In recent months, those vicious attacks on my character have taken a very dark turn.

And I intend to deal with it through legal means.

First, some background: My mother is American, my father was Lebanese. I grew up in Beirut during the Lebanese civil war and as the son of a Christian father, I was required to undergo military training by the Lebanese Forces. The mandatory training began when I was in high school and lasted for three years. It took place after school hours and during the summer. My schoolmates were also conscripted.

Even though I am a U.S. citizen by birth, I was forbidden from leaving Lebanon without written permission from the military. My father ultimately secured a waiver and I moved to my mother’s home city of New York. I’ve only been back to Beirut a handful of times since. The last visit was in the early nineties. I still find the memories traumatic.

As a child, I survived some of the most brutal urban warfare of the 20th century. I witnessed terrible things: bodies torn to shreds, car-bombed buildings, jets falling out of the sky. I lost friends and relatives. I spent countless nights in dank, candle-lit bunkers as missiles rained down.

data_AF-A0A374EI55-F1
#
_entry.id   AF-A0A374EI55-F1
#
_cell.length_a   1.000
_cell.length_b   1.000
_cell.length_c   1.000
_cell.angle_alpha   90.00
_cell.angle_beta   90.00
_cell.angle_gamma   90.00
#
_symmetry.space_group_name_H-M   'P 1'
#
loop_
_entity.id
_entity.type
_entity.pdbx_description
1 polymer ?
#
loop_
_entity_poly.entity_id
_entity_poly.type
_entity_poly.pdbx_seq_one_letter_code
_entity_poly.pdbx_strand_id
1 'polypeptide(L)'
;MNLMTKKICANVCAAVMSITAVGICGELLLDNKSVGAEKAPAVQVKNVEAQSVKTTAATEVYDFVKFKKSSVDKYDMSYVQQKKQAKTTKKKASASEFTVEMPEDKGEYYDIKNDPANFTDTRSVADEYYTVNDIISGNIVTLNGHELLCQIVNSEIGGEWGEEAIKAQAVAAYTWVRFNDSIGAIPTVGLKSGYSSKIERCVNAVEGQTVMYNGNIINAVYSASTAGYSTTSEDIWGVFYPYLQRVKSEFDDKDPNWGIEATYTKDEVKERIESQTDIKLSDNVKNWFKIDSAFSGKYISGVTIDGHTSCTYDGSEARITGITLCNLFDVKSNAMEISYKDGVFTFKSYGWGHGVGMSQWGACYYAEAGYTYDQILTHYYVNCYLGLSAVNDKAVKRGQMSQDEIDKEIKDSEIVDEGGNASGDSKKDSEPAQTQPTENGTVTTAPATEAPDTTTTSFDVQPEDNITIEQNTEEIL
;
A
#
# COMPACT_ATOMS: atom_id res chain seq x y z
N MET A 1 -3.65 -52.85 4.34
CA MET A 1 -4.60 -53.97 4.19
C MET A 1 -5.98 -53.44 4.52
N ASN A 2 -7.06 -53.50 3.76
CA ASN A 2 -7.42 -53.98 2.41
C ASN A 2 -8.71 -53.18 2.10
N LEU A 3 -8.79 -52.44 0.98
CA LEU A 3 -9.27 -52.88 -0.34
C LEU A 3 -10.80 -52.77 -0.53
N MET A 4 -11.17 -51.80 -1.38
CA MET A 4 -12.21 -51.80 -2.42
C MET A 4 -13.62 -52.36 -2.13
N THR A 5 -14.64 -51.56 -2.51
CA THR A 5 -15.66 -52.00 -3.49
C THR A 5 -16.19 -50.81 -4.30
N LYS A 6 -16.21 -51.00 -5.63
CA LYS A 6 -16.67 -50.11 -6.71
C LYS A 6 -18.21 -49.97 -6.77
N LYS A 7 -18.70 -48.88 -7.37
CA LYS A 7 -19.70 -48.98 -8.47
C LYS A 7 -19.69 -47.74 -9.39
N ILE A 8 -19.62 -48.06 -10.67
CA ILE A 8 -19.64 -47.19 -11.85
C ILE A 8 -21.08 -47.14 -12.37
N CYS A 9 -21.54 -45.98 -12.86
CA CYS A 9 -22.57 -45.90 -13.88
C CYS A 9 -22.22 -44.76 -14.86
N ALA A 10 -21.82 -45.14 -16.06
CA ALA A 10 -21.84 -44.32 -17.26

I was a few hundred yards away from the American embassy when a car bomb demolished it and I saw blood dripping down its shattered facade. I had many close brushes with death, as did my family.

In all my time in Lebanon, I never harmed a soul. But I learned the horrors of war up close and personal and it shaped the person I am today. I have survived intact by owning it all, by accepting everything I went through as a trial by fire, in the most literal sense of that phrase. It was an awakening to the cruelest aspects of human nature.

Coping with war is not easy and I’m eternally thankful that I’ve been able to build a successful life and career despite growing up in a living hell.

But never in my wildest imagination did I think there were individuals who, decades later, would mangle and contort my childhood pain to accuse me of killing women and children. Even writing that phrase turns my stomach. But it is time for me to confront the individuals who would publicly accuse me of the most despicable acts imaginable without an iota of basis in fact or reality.

If you wonder what would possess someone to make such outrageous and libelous claims against me, it’s simple: They don’t like my politics. Imagine that: hundreds of people have taken it upon themselves to post hideous accusations about me because I support Hillary Clinton. Or because they don’t agree with my political ideology. It is mind-boggling.